Grow Leadership Council Explores the Future of Esports in Metro Atlanta
As an emerging industry in metro Atlanta, esports made a powerful introduction into the market. Esports – multiplayer video games played competitively for spectators – is on track for industry revenues of $1.1 billion in 2019, up 27% from 2018. Comparing global esports revenue to global video game revenue, the industry topped $43 billion in 2018. With several corporate-backed local teams, organizations like the Atlanta Reign and Hawks Talon GC have been able to quickly create a following in the region and establish metro Atlanta as a major esports hub.
Chaired by Marian Pittman, Executive Vice President of Content, Digital Strategy, Technology & Research, Cox Media Group, and led by Metro Atlanta Chamber Senior Director of Ecosystem Expansion Grant Wainscott, MAC’s Grow Leadership Council discussed the current state of esports as well as its future in the region. Panelists described their views on success in the esports market, as well as marketing trends over time in the space.
Pittman introduced the panelists and moderated the conversation. Panelists included Samir Mayur, vice president of business operations for the Atlanta Hawks and State Farm Arena; Jeremy Poore, director of partnerships for the Atlanta Reign; Allie Young, CEO and founder of Axis Replay; and Todd Harris, COO of Hi-Rez Studios.
Pittman asked the panelists to describe what esports means to them. Harris described the industry as a major content marketing piece for game developers and delineated esports leagues as, collectively, “the ESPN for the industry.” Poore described the metro Atlanta market as “the fastest growing in the U.S.,” and spoke to the average esports viewer demographic – 24-years old and skewing male. However, Harris added that there has been a conscious push for inclusivity in gaming and esports, and that the male-dominated landscape is starting to shift.
Mayur explained that esports are not one-size-fits-all and gave insight on the great diversity of interests within the market (for example, video games such as NBA 2K are completely different than Overwatch and others played professionally. Different video games also hit different submarkets). The journey to setting up Hawks Talon GC was very similar to setting up a professional NBA team. Mayur detailed the process, explaining the more than 1,000 applicants for general manager, the intensive player draft process, setting up team housing, finding a practice facility and more. Establishing a functioning esports team requires a $20 to $100 million investment. As in other professional sports, esports players are under contract and are held to the same standard as professional athletes.
For Young, esports and video games have had a great personal impact on her life. Young had a background in sales and marketing and met her husband through their joint love of gaming. Young recently founded Axis Replay, which she describes as “the Top Golf of gaming and esports.” Elaborating on the analogy, Young explained how 41% of the U.S. plays golf, and 60% of the U.S. plays video games, speaking to the growth potential of the market for venues like Axis Replay. Additionally, Axis Replay offers summer camps that teach students about coding and the different elements of esports, such as production, development and actual gaming.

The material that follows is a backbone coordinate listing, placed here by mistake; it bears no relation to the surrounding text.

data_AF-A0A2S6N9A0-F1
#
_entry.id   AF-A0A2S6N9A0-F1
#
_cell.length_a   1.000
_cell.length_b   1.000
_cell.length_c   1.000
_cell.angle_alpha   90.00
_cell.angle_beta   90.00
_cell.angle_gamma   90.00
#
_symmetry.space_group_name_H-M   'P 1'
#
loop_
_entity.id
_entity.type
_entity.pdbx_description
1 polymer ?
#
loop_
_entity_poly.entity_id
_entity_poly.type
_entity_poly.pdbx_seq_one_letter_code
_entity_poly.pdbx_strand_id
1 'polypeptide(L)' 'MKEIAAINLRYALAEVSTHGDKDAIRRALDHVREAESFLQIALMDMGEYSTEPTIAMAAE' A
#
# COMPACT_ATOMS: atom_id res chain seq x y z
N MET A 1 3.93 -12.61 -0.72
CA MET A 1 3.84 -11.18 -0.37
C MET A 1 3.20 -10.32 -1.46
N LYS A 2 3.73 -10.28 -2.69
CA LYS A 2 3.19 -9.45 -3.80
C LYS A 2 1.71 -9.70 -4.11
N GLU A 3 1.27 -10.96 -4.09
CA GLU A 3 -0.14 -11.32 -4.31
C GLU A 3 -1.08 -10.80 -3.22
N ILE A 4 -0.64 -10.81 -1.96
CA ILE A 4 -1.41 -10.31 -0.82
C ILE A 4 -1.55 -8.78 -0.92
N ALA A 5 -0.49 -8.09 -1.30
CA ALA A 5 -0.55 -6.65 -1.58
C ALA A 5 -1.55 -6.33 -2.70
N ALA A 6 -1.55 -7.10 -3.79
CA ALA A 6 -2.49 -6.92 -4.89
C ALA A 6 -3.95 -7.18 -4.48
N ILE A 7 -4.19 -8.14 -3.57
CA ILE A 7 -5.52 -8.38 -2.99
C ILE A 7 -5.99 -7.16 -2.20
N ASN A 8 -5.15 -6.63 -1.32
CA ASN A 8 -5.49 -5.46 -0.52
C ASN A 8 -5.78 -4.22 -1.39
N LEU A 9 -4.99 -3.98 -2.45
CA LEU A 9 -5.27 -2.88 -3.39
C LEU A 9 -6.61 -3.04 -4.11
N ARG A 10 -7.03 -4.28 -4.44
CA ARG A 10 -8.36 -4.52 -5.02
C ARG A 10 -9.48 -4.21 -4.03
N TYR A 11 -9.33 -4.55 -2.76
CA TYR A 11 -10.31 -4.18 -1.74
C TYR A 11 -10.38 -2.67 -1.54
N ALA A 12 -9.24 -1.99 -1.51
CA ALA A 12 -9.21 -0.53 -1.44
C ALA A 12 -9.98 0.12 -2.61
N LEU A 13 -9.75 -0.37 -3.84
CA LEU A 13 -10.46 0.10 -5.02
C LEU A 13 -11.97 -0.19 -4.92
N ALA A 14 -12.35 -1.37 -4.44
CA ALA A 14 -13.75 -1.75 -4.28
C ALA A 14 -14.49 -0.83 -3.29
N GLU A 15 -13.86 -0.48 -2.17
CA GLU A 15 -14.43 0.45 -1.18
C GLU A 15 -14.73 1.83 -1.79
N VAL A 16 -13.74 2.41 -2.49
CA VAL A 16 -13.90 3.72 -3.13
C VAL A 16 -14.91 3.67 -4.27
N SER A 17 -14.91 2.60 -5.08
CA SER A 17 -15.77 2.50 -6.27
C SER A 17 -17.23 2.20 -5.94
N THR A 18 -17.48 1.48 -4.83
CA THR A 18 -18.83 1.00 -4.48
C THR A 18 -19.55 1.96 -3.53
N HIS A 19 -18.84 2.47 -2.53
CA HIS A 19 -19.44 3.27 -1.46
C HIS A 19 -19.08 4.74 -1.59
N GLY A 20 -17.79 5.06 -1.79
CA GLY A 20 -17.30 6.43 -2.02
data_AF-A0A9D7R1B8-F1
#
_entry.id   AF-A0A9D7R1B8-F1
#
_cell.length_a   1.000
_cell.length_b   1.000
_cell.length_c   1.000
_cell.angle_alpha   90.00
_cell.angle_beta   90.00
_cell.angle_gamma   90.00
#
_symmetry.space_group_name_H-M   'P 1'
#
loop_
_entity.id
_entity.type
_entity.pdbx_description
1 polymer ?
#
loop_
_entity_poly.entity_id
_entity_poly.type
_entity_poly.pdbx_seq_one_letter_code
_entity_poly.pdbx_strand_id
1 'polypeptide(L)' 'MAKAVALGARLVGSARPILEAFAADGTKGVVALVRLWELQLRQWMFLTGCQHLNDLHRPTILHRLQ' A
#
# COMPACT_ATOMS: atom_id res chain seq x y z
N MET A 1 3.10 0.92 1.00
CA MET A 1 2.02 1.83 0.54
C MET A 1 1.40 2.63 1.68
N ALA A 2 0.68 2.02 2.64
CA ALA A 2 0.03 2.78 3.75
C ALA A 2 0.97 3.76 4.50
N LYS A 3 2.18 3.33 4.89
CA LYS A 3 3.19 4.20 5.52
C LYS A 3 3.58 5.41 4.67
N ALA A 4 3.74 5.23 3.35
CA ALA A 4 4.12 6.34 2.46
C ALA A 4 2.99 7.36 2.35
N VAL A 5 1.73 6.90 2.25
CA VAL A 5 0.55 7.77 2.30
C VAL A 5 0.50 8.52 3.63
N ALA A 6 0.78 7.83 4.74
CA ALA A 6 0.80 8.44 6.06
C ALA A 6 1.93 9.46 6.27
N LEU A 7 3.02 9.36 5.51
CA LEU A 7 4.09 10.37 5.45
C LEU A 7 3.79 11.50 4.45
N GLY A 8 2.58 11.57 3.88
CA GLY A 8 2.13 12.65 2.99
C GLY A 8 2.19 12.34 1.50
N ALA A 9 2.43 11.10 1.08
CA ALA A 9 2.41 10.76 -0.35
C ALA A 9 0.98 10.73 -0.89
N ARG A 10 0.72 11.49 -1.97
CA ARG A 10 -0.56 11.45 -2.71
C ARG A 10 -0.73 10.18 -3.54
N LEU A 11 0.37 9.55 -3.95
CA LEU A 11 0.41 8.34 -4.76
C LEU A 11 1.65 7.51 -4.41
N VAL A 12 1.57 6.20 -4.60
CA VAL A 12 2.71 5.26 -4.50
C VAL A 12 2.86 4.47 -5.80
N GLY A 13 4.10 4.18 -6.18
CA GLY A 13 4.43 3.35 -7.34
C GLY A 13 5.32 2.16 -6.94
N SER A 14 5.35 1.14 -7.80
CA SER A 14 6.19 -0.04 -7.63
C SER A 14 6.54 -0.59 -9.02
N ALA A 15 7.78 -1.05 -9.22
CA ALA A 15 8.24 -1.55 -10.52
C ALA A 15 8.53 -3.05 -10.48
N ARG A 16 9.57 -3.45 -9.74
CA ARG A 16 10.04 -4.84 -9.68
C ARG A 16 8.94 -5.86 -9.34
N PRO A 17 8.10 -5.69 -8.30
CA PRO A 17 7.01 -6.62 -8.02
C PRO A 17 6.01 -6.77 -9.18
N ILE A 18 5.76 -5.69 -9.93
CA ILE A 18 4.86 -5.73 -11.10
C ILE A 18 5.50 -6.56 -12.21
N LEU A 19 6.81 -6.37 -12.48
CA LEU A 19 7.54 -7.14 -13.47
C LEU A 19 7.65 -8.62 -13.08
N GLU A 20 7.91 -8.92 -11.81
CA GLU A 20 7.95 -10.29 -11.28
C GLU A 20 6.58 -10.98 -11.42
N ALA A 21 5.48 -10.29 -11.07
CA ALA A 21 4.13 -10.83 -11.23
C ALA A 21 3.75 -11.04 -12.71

Poore spoke to the region’s growing team pride for Atlanta Reign, Atlanta’s official Overwatch esports team owned by Cox Media Group. With 20 teams worldwide, each team travels to various global locations for weeks at a time to train and compete.
“We actually can’t tell fans where the [Atlanta] team lives, because fans will show up on their doorstep,” Poore explained.
As Atlanta United has built passion for soccer in the region, Atlanta Reign is galvanizing the larger community around a home-grown esports team.
“The loyalty of the fanbase is similar to a NASCAR audience – they are super devoted.”
Harris explained his vision to help other companies navigate the ever-evolving esports space. SMITE, Hi-Rez Studios’ most popular game, has recently relocated all 10 of its esports teams to metro Atlanta. With this relocation, more than 50 athletes are expected to contribute to the local economy and infrastructure, bringing fans with them. This development is a major win for the larger Atlanta esports ecosystem and has a multi-million-dollar direct impact on the local economy.
The panelists explained that collaboration is key – that everyone on the panel works together on a weekly basis to make metro Atlanta one of the major esports hubs in the country.
The Atlanta Reign Homestand Weekend on July 6 and 7 at the Cobb Energy Centre will unite the full team in the city for the first time. The next MAC Grow Leadership Council is August 21. If you have any questions on how your organization can engage with MAC, please reach out to Grant Wainscott.